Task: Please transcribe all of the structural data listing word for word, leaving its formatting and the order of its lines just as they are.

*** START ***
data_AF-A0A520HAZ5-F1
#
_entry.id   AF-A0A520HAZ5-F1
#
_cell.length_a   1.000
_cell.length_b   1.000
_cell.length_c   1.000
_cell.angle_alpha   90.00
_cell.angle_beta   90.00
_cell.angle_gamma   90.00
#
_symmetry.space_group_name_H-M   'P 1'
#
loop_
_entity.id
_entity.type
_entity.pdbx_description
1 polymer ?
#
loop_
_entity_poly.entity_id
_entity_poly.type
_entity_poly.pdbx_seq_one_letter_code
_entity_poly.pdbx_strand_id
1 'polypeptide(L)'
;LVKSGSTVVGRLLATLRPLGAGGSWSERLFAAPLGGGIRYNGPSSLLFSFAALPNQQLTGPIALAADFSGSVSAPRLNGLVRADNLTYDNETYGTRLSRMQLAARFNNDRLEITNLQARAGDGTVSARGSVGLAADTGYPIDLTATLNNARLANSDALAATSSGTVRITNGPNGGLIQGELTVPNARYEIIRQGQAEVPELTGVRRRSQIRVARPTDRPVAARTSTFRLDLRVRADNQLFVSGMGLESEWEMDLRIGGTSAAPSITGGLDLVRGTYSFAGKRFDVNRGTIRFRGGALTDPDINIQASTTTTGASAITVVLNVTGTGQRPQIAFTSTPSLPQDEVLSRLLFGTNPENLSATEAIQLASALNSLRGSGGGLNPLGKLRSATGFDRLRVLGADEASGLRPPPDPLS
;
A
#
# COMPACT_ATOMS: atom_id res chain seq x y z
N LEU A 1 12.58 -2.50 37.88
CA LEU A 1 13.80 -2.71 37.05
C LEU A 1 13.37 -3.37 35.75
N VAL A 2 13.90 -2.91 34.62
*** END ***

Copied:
data_AF-A0A520HAZ5-F1
#
_entry.id   AF-A0A520HAZ5-F1
#
_cell.length_a   1.000
_cell.length_b   1.000
_cell.length_c   1.000
_cell.angle_alpha   90.00
_cell.angle_beta   90.00
_cell.angle_gamma   90.00
#
_symmetry.space_group_name_H-M   'P 1'
#
loop_
_entity.id
_entity.type
_entity.pdbx_description
1 polymer ?
#
loop_
_entity_poly.entity_id
_entity_poly.type
_entity_poly.pdbx_seq_one_letter_code
_entity_poly.pdbx_strand_id
1 'polypeptide(L)'
;LVKSGSTVVGRLLATLRPLGAGGSWSERLFAAPLGGGIRYNGPSSLLFSFAALPNQQLTGPIALAADFSGSVSAPRLNGLVRADNLTYDNETYGTRLSRMQLAARFNNDRLEITNLQARAGDGTVSARGSVGLAADTGYPIDLTATLNNARLANSDALAATSSGTVRITNGPNGGLIQGELTVPNARYEIIRQGQAEVPELTGVRRRSQIRVARPTDRPVAARTSTFRLDLRVRADNQLFVSGMGLESEWEMDLRIGGTSAAPSITGGLDLVRGTYSFAGKRFDVNRGTIRFRGGALTDPDINIQASTTTTGASAITVVLNVTGTGQRPQIAFTSTPSLPQDEVLSRLLFGTNPENLSATEAIQLASALNSLRGSGGGLNPLGKLRSATGFDRLRVLGADEASGLRPPPDPLS
;
A
#
# COMPACT_ATOMS: atom_id res chain seq x y z
N LEU A 1 12.58 -2.50 37.88
CA LEU A 1 13.80 -2.71 37.05
C LEU A 1 13.37 -3.37 35.75
N VAL A 2 13.90 -2.91 34.62